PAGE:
Job Banks

  • Hound: Meta-search of multiple job search sites including jobs directly from employer career pages
  • Indeed: Meta-search of multiple job search sites
  • Neuvoo: Indexes jobs directly from companies' career websites, placement agencies and job boards
  • USA Jobs: US jobs in a wide range of occupations by region 
  • Goin Global: Expand your horizons, your career, your future (access available only to students and alums through CareerLink)
  • Colorado Job Base: Colorado Job Base saves vast amounts of time and research by automatically delivering thousands of job opportunities via email, social media and the web

Contact us to learn more about additional resources that can help you with your job search.

Adapted from the Monster Career Advice Article, "Try This 4-Year Career Checklist" by Peter Vogt.

A successful college prepares for a future career by planning and making some crucial decisions. This can be stressful, especially if you leave everything until the last minute - the point at which you’re required to declare a major or applying for a job. Here are some questions that can help to make good decisions when choosing a major and a career path:

  • What makes me tick?
  • What major will fit me best?
  • How will I find a good career?
  • And how can I keep from going crazy trying to sort through this maze of career-related questions?

As a college student, you may feel confused and overwhelmed by all of the career decisions you must make. Fortunately, there's a strategy you can use to make the whole process a little easier on your nerves, and your brain: Pursue tangible career goals each year you're in school. The following checklist will help you make better sense of the career development process and give you a reasonably easy path to your career goals.

Printer friendly four-year planning guide

Freshman Year: Know Thyself (Self-Exploration)

You have enough to worry about during your first year of school without trying to choose your life's work on top of it all. So just start from the beginning:

Get to know yourself first. 

What does that mean? In essence, it means learning what you enjoy doing (your interests); what you're good at doing (your skills); what's important to you in a future career (your work values); and what makes you the person you are (your personality).

Here are some of the ways you can get support on campus with your exploration:

  • Visit one-on-one with a career counselor at Career Services in the Coors Life Directions Center.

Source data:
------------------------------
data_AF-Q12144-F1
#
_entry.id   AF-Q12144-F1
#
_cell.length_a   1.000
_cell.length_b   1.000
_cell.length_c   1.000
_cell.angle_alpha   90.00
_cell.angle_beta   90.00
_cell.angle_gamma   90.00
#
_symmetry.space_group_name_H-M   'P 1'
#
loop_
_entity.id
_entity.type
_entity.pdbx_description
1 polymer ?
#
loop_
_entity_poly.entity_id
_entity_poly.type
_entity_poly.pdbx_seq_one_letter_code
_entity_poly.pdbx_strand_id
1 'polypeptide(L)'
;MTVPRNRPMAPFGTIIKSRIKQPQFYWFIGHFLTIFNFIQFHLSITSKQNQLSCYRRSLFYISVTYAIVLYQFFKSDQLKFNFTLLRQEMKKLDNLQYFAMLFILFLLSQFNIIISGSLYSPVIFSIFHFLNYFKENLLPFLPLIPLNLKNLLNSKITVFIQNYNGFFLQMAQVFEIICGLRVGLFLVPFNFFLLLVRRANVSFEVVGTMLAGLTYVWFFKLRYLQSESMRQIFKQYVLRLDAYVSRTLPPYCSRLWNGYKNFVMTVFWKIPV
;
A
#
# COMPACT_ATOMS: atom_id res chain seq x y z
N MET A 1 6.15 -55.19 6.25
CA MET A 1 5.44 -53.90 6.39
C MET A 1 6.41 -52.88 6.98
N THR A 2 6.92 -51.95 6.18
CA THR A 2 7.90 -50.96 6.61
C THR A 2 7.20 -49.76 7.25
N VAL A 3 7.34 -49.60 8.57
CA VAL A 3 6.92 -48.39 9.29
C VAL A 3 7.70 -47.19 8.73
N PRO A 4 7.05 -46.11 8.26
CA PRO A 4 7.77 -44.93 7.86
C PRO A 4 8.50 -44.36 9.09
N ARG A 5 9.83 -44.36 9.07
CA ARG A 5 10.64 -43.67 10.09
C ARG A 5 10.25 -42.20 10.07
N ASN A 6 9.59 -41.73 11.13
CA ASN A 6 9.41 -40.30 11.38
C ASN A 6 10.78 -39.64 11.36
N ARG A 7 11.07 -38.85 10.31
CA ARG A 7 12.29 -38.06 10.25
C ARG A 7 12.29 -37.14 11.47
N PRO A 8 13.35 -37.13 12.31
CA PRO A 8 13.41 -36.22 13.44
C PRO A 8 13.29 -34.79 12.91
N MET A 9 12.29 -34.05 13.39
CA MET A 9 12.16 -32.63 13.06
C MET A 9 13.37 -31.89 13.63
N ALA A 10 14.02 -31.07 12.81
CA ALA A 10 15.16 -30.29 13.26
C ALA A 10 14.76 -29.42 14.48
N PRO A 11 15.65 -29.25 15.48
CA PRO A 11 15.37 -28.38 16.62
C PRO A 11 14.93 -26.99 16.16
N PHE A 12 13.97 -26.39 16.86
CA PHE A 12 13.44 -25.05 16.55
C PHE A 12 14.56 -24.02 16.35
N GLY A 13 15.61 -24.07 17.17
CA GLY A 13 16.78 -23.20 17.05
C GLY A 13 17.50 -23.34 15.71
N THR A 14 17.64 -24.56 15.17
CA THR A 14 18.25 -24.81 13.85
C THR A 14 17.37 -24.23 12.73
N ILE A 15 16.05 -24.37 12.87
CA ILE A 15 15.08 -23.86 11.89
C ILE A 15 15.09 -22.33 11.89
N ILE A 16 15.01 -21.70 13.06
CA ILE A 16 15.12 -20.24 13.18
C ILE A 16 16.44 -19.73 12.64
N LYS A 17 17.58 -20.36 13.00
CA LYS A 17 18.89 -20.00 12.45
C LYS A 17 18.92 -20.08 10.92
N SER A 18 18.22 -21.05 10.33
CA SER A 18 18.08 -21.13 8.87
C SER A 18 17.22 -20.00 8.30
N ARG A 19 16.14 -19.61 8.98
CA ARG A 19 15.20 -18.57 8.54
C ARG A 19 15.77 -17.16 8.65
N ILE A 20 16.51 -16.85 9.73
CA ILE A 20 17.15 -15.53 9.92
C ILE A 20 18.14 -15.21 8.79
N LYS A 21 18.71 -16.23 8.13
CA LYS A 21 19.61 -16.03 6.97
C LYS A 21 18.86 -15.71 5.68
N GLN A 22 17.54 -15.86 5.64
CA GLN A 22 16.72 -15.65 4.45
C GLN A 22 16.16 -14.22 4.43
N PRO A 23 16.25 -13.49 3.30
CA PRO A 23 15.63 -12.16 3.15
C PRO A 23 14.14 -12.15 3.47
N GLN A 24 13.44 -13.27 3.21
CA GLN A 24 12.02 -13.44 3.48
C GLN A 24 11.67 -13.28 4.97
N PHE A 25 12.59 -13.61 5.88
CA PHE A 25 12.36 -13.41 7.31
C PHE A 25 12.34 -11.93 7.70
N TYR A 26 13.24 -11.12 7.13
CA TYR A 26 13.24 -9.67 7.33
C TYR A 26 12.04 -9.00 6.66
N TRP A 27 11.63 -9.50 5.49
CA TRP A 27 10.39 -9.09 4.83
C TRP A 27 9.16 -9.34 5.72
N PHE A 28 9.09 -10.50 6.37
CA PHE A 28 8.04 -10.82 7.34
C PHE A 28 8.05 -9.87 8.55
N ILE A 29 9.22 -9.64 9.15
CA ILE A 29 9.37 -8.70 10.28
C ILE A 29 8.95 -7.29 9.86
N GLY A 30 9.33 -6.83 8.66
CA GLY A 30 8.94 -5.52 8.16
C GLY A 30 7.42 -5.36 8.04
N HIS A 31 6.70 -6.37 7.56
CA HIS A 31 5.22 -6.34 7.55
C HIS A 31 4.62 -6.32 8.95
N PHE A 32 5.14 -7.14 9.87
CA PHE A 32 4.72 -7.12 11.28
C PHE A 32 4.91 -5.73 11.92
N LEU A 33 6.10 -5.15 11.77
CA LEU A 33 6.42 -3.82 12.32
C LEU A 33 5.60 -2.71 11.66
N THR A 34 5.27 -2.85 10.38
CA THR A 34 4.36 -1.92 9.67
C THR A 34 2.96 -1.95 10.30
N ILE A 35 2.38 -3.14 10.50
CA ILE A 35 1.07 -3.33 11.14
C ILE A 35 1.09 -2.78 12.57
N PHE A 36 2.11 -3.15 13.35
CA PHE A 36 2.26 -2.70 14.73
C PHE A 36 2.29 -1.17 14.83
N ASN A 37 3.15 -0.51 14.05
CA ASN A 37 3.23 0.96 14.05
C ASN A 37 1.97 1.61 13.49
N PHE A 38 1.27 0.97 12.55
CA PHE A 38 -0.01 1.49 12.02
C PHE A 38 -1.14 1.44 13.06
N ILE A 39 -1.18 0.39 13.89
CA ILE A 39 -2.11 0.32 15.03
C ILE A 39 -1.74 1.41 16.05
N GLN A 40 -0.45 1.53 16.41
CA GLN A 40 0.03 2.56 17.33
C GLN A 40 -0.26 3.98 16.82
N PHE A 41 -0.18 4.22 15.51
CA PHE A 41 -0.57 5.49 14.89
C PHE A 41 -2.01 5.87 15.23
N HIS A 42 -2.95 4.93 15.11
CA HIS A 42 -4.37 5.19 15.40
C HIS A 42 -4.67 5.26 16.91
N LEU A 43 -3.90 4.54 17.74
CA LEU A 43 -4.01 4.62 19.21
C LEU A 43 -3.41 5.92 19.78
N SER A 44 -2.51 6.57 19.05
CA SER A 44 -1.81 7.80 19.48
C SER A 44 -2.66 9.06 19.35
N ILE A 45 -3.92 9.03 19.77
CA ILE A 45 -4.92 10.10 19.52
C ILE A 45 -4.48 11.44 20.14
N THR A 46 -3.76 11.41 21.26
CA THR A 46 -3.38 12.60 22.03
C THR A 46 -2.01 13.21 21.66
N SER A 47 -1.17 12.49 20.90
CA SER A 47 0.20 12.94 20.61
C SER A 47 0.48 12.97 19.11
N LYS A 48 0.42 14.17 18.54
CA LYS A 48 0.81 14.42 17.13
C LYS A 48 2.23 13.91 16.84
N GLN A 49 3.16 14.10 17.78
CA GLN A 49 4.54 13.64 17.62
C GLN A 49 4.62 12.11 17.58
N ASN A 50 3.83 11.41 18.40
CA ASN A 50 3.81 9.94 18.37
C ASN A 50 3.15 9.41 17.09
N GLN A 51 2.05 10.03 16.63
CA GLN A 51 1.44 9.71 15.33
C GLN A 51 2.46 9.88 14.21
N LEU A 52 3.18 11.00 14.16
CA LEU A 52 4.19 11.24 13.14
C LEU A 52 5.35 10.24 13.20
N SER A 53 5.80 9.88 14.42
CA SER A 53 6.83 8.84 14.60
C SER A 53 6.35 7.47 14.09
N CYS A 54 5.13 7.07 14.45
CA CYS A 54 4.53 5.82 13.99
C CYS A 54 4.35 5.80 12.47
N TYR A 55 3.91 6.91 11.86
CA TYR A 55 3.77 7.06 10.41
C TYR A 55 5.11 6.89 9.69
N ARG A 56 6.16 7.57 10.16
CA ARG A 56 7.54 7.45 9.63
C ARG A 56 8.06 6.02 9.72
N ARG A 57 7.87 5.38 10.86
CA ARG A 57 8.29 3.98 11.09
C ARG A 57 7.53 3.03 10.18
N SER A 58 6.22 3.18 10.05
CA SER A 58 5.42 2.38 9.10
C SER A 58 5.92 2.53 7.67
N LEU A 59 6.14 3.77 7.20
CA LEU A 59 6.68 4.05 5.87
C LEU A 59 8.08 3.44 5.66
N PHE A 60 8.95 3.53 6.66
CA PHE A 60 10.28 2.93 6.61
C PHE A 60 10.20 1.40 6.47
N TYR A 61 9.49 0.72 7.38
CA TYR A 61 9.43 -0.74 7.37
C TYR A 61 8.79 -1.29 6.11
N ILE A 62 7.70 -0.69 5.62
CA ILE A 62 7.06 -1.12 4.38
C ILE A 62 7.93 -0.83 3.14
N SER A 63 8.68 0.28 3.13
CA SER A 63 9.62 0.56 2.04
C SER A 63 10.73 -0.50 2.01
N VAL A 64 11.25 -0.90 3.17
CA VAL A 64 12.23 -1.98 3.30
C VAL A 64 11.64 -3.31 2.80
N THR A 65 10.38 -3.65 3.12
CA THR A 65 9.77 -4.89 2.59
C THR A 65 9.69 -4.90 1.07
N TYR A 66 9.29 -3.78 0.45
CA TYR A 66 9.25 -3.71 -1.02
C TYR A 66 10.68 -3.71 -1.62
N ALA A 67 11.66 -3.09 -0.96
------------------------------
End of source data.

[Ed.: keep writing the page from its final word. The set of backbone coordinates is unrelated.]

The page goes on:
• Spend some time exploring the resource library in Career Services.
  • Explore the Career Services website.
  • Take the PC 220 career planning course, College, Careers and Your Future.
  • Ask other people in your life (e.g., family and friends) to help you identify your pertinent career- related traits.
  • Sign up for academic courses that interest you, get involved in one or more student organizations or clubs, or start reading about various majors and careers. This will help you explore potential new interests and learn new skills.

Summer after Freshman Year

Secure an internship, summer employment, or a volunteer position to gain valuable experience.

Sophomore Year: Explore What's Out There (Career Exploration)

Once you reach your sophomore year, you can start investigating major and career possibilities. How?

  • Visit one-on-one with a career counselor at the Career Services office. 
  • Use CareerLink to access internship and job information.
  • Register for the Sophomore-In program to be matched with a mentor.

You can also:

  • Complete assessments of your interests, values, and abilities using the Sigi3 link from CareerLink.
  • Read the academic bulletin and learn about Regis majors by talking to faculty in programs that sound interesting.
  • Speak with people who are working in careers in which you are interested. How did they prepare, both academically and experientially, for their jobs? What advice do they have for you?
  • Take courses that interest you.
  • Work with a career counselor to develop a basic resume.
  • Gain practical experience and exposure to career fields through volunteer or part-time work.

Summer or full-time jobs on or off campus.

Remember: You will need to choose a major by the end of the second semester of your sophomore year. If you’re uncertain about your choice, enroll in the PC 220 class: College, Careers and Your Future.

Junior Year: Time to Get Experience

Once you reach your sophomore year, you can start investigating major and career possibilities. How?

  • Meet with a campus career counselor to discuss your career plans and options.
  • Consider doing an internship - employers prefer more than one (contact the Academic Internship Program office in the Coors Life Directions Center).